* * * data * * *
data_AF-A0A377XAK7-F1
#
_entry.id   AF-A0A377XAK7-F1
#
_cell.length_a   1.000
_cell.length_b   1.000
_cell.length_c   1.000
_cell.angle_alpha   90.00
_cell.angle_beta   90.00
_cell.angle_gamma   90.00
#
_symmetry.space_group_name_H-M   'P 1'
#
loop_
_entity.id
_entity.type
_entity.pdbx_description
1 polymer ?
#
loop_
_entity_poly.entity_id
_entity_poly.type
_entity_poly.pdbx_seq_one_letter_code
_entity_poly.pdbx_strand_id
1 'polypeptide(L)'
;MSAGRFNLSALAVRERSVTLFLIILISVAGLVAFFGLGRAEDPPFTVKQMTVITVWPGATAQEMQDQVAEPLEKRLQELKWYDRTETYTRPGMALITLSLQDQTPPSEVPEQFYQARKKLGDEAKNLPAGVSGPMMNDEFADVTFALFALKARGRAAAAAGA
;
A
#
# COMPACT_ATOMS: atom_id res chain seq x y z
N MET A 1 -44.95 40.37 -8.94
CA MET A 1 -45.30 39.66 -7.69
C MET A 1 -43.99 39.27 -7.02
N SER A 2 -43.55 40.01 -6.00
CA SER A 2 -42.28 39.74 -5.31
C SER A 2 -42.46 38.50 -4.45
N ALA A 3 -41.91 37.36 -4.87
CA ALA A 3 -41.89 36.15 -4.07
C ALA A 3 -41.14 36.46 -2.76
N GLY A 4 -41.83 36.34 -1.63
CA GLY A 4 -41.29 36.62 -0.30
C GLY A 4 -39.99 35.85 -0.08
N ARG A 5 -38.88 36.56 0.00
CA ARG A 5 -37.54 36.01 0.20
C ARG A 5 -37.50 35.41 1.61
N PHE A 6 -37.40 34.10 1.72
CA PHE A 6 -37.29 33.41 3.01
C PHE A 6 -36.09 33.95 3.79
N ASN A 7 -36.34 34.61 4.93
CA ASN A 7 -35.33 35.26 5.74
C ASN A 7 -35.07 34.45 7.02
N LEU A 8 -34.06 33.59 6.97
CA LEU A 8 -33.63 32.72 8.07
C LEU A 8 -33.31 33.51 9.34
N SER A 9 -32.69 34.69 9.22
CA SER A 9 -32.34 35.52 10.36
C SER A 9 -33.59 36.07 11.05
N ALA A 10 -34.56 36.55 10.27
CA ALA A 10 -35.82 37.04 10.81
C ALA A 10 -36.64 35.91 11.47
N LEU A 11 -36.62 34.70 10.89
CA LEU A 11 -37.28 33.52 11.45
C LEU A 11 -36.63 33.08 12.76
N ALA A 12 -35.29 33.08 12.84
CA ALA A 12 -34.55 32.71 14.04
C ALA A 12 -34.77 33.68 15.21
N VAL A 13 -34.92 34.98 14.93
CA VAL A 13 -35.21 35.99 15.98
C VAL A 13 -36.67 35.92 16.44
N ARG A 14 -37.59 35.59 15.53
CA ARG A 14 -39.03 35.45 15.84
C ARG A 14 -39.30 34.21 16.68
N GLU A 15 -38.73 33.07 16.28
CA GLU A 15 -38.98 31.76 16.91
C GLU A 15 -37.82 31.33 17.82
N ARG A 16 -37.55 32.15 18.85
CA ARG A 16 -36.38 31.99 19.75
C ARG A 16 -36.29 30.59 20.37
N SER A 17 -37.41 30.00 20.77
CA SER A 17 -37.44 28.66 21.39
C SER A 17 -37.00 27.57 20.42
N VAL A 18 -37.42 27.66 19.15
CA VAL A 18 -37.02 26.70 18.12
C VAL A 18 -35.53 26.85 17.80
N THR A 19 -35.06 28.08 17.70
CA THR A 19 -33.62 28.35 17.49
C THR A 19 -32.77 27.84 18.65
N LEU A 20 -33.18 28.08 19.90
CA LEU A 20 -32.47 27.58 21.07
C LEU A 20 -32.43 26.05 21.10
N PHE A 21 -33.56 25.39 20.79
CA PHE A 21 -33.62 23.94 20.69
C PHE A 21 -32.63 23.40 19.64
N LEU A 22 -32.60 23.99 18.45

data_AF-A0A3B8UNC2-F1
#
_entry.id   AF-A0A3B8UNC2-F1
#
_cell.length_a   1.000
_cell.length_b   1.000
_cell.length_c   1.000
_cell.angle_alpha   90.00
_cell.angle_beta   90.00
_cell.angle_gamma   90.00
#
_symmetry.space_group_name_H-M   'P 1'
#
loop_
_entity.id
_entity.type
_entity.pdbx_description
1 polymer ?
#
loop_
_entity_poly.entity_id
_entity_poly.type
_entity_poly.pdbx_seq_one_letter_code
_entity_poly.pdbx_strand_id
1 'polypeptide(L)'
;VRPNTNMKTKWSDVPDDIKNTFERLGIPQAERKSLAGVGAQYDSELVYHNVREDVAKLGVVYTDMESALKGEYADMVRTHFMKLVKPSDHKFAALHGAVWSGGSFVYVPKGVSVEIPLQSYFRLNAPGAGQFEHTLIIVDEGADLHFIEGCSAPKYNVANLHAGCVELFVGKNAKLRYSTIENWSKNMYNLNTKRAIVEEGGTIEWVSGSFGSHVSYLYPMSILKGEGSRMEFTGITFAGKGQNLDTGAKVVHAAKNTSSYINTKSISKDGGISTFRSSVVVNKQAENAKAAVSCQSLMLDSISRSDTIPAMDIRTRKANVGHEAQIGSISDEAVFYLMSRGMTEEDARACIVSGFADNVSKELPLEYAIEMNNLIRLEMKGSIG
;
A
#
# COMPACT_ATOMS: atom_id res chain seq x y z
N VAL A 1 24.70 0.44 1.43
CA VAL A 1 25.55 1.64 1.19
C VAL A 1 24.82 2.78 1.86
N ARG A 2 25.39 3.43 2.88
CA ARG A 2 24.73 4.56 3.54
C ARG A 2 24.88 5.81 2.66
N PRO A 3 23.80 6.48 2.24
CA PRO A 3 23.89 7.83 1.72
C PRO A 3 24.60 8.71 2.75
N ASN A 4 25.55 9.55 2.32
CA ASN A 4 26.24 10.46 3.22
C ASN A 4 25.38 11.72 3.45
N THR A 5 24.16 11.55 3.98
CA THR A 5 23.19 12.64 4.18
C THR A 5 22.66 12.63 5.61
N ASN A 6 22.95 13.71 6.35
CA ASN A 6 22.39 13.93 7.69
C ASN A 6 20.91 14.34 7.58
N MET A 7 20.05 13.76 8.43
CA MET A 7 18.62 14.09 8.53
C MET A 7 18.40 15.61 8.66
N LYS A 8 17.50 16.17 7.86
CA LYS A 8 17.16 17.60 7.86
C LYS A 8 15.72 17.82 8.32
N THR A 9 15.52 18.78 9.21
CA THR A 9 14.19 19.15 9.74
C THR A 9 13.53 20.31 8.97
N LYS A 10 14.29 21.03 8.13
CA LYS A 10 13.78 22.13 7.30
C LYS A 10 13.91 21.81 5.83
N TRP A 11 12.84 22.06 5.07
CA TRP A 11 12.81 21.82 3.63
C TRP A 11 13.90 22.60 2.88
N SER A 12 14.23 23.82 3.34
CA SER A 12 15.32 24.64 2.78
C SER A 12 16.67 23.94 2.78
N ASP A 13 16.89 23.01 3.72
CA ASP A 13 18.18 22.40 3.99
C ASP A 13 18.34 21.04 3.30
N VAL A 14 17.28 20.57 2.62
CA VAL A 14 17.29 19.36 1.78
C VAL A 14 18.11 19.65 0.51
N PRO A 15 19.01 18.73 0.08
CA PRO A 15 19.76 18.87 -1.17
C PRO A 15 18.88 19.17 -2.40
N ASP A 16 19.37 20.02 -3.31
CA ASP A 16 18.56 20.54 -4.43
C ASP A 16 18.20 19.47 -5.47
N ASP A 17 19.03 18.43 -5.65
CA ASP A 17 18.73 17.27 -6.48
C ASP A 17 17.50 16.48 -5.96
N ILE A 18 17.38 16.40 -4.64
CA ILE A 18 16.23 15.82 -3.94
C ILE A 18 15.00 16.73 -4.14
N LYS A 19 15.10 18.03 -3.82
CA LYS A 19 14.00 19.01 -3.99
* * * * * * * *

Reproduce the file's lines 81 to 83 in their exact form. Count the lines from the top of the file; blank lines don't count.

C SER A 17 -37.00 27.57 20.42
N VAL A 18 -37.42 27.66 19.15
CA VAL A 18 -37.02 26.70 18.12